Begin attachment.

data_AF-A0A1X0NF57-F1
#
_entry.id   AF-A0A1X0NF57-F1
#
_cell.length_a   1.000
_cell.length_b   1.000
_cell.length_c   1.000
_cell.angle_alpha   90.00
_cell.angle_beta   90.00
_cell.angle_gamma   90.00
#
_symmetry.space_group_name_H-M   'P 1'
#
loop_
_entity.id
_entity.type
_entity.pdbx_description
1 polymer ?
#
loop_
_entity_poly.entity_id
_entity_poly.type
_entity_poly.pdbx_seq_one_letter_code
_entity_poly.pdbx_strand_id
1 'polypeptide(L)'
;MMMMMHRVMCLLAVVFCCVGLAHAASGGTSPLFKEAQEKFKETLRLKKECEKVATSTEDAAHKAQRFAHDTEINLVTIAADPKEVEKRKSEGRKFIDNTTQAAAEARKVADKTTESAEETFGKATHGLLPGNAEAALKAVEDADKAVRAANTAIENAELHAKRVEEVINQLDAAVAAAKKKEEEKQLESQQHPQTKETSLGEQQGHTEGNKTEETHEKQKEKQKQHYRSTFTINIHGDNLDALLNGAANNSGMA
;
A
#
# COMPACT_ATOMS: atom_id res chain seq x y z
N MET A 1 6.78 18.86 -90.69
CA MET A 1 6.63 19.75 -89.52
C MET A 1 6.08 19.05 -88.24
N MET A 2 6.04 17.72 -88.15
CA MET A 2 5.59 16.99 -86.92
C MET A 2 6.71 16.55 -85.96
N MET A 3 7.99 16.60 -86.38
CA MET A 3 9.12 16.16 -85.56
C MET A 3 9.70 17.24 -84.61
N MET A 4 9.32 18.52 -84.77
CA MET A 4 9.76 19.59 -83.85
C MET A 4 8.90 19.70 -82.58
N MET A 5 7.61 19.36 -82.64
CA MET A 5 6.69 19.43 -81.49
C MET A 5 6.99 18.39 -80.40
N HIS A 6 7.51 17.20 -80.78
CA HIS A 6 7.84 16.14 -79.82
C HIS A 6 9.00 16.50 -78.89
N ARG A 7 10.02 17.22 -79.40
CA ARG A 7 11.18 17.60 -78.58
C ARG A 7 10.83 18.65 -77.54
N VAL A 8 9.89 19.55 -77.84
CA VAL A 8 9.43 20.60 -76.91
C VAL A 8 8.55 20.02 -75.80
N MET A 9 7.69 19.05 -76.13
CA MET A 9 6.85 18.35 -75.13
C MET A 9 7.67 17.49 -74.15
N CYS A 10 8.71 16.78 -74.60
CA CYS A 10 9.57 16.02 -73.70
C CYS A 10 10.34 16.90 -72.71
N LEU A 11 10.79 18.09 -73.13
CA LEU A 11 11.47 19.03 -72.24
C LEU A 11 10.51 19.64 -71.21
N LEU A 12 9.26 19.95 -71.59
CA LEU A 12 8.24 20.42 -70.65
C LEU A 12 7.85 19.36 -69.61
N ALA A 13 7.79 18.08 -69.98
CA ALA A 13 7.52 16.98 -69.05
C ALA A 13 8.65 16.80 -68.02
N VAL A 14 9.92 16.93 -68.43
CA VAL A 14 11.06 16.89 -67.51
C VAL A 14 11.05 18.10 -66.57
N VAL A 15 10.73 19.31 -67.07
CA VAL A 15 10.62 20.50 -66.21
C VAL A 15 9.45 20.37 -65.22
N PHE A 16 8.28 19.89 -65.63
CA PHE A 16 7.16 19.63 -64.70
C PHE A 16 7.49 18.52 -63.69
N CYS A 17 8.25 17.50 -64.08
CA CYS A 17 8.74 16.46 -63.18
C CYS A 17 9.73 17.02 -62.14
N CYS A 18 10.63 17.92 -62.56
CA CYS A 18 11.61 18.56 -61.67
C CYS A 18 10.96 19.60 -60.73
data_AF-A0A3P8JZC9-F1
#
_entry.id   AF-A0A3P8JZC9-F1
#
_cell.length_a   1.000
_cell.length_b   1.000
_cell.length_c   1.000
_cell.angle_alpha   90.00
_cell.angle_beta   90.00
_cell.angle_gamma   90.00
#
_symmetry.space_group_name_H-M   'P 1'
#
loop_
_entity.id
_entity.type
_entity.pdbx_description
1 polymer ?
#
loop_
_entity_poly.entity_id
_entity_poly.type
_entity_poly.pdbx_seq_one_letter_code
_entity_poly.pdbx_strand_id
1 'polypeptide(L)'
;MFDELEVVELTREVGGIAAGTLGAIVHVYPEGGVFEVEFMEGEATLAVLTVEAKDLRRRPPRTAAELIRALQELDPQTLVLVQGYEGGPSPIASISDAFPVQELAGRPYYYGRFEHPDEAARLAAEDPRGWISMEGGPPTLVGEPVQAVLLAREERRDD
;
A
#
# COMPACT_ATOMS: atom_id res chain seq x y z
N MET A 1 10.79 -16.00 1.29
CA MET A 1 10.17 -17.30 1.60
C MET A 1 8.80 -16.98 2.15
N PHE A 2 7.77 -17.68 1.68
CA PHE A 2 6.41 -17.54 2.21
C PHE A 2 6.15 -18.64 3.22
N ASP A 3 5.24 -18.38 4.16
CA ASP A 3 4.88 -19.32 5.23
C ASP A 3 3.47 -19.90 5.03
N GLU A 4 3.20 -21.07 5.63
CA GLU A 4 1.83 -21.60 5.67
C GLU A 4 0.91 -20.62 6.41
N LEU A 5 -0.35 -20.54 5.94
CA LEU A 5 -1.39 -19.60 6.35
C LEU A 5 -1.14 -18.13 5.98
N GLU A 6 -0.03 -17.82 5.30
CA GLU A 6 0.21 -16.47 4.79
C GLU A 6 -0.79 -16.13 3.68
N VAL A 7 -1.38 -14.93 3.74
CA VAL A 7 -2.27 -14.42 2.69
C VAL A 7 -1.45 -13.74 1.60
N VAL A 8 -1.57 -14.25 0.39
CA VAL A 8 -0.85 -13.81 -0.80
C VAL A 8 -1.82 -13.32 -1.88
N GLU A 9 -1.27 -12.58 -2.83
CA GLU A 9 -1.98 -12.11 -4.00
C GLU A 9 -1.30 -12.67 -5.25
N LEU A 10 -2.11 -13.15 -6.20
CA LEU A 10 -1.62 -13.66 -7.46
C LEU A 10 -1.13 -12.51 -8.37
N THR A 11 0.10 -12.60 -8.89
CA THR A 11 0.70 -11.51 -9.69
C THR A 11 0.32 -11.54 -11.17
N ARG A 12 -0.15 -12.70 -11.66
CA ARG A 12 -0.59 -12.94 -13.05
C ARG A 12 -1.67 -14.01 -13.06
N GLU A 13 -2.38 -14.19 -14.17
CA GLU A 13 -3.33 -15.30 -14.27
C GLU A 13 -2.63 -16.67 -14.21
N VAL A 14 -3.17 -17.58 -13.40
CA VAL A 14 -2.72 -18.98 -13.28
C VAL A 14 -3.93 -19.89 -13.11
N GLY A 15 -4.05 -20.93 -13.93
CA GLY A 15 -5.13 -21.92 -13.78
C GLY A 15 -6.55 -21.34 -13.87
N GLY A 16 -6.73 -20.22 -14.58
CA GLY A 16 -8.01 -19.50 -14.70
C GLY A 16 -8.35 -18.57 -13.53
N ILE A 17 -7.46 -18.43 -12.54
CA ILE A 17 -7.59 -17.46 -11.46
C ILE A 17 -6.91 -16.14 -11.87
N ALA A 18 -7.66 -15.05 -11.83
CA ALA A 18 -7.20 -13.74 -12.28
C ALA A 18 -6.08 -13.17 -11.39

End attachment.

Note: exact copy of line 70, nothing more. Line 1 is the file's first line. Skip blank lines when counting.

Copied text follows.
N VAL A 14 9.92 16.93 -68.43